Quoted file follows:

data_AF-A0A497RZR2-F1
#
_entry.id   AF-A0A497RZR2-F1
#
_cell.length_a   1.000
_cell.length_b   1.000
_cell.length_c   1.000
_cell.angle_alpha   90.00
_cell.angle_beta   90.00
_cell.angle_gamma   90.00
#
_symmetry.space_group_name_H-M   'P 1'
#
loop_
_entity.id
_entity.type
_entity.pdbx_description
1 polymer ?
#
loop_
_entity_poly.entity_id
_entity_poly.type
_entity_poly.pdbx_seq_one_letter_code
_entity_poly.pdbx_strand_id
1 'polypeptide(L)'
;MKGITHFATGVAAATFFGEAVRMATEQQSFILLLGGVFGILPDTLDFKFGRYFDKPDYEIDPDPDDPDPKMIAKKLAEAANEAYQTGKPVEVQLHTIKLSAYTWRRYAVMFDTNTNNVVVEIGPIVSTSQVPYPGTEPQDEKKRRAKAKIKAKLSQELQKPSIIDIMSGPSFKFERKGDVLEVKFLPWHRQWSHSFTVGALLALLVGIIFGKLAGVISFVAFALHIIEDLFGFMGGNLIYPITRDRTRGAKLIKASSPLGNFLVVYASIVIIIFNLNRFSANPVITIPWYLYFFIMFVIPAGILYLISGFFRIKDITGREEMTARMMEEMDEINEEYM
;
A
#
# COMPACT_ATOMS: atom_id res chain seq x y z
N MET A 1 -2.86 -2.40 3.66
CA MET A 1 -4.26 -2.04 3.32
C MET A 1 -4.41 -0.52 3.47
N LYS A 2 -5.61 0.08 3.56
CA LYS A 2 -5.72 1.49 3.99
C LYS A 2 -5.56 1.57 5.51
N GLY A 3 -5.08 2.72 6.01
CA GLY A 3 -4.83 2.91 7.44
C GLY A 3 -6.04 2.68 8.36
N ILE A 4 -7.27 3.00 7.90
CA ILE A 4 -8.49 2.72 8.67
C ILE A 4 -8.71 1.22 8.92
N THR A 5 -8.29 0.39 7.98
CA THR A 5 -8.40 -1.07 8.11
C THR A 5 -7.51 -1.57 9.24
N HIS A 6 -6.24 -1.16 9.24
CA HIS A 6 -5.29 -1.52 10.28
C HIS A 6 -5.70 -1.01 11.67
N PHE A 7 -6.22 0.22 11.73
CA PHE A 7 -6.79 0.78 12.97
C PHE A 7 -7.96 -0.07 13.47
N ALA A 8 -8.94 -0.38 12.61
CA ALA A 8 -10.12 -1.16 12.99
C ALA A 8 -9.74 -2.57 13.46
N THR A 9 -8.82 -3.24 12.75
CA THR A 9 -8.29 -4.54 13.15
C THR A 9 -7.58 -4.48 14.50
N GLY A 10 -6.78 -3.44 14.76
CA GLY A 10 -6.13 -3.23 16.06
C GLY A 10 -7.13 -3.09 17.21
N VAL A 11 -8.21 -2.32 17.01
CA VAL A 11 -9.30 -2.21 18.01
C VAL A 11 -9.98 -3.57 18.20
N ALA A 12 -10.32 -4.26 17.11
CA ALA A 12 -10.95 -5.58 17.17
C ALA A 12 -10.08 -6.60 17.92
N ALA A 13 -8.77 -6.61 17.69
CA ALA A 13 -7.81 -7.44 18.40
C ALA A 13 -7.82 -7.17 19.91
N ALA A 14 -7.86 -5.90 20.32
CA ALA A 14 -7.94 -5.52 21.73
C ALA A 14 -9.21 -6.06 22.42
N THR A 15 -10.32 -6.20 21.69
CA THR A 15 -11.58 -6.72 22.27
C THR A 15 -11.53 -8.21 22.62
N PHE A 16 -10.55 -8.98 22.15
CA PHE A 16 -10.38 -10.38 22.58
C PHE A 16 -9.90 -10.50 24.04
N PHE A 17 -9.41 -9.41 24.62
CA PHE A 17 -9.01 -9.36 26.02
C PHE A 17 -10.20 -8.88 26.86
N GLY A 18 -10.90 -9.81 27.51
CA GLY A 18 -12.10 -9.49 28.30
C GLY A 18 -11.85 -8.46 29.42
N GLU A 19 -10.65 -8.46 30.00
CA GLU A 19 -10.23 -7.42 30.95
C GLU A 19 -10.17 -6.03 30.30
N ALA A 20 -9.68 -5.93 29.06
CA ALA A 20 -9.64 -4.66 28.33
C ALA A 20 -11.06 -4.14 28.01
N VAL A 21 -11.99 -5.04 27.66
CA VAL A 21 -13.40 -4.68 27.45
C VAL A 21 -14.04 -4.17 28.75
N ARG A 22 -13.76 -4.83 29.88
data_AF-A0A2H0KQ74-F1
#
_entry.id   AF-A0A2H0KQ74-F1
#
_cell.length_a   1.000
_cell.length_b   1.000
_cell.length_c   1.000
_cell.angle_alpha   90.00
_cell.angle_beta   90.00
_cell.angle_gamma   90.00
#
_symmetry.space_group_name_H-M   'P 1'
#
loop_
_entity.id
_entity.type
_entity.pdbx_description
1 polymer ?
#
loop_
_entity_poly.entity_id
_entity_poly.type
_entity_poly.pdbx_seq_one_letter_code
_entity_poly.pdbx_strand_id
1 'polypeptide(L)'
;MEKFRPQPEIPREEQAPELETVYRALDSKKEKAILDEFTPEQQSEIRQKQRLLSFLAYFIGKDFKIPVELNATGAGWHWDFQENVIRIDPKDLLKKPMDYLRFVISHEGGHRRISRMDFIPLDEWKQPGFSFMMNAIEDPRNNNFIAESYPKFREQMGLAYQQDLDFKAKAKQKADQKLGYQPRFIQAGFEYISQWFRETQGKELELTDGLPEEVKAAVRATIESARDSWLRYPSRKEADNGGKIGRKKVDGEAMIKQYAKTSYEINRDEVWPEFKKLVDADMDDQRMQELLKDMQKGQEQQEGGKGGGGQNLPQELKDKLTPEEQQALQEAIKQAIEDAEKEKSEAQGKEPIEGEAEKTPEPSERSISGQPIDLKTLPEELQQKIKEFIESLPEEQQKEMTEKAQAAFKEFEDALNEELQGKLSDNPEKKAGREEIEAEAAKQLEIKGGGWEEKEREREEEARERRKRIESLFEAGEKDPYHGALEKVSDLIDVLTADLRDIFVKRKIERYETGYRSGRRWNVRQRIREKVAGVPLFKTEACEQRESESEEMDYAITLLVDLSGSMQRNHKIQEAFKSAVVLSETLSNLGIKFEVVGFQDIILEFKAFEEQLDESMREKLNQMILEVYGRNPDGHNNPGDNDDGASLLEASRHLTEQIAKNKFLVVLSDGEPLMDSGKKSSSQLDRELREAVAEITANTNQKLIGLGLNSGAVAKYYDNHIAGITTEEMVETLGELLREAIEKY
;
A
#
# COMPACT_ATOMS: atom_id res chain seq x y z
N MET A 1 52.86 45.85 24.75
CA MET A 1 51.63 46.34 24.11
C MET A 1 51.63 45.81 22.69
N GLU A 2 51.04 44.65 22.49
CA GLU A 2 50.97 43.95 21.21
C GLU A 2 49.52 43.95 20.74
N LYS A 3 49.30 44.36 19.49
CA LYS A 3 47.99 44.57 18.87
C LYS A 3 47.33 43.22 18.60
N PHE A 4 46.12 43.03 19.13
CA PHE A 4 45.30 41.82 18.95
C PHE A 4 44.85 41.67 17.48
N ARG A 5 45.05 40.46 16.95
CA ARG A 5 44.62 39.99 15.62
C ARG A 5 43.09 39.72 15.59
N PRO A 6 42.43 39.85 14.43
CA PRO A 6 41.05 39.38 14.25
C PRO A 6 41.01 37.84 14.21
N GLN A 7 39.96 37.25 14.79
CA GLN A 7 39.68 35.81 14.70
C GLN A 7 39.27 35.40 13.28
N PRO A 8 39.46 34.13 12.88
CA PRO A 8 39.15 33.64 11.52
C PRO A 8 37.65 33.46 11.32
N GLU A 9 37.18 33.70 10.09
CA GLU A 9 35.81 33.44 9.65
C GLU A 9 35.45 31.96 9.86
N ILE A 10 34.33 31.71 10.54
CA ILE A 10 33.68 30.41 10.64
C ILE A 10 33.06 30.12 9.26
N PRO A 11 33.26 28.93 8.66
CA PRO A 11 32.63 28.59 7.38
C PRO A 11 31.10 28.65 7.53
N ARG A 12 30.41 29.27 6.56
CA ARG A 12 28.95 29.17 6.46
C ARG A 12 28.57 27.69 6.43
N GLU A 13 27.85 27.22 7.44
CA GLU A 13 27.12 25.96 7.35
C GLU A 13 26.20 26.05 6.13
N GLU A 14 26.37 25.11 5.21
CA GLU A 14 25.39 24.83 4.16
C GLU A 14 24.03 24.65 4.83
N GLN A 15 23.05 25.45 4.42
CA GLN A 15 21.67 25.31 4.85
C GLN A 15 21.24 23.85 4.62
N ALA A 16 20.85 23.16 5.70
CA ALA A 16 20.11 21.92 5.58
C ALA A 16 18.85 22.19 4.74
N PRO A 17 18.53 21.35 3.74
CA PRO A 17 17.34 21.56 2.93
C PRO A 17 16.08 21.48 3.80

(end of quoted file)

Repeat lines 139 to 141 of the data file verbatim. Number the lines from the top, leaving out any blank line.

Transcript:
C ARG A 5 43.09 39.72 15.59
N PRO A 6 42.43 39.85 14.43
CA PRO A 6 41.05 39.38 14.25